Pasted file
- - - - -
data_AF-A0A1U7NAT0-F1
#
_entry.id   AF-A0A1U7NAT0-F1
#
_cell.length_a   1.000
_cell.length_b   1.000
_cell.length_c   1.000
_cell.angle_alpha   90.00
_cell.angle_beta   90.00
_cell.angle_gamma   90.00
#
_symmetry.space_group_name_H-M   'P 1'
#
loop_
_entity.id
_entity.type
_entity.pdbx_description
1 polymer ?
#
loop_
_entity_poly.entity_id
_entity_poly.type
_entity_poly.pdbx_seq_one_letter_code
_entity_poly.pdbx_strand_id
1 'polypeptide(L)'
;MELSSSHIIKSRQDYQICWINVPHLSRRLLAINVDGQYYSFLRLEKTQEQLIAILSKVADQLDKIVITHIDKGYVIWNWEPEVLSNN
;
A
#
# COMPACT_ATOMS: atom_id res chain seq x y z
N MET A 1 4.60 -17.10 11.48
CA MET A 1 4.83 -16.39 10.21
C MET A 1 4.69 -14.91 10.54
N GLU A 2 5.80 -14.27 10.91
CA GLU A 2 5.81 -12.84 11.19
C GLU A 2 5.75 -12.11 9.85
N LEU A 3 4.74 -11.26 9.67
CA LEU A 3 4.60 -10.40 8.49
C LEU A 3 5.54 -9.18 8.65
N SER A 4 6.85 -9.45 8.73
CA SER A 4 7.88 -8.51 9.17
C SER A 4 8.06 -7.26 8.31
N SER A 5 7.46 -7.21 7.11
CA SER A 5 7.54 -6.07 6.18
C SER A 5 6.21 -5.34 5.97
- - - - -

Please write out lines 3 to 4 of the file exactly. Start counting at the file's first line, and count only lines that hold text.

_entry.id   AF-A0A1U7NAT0-F1
#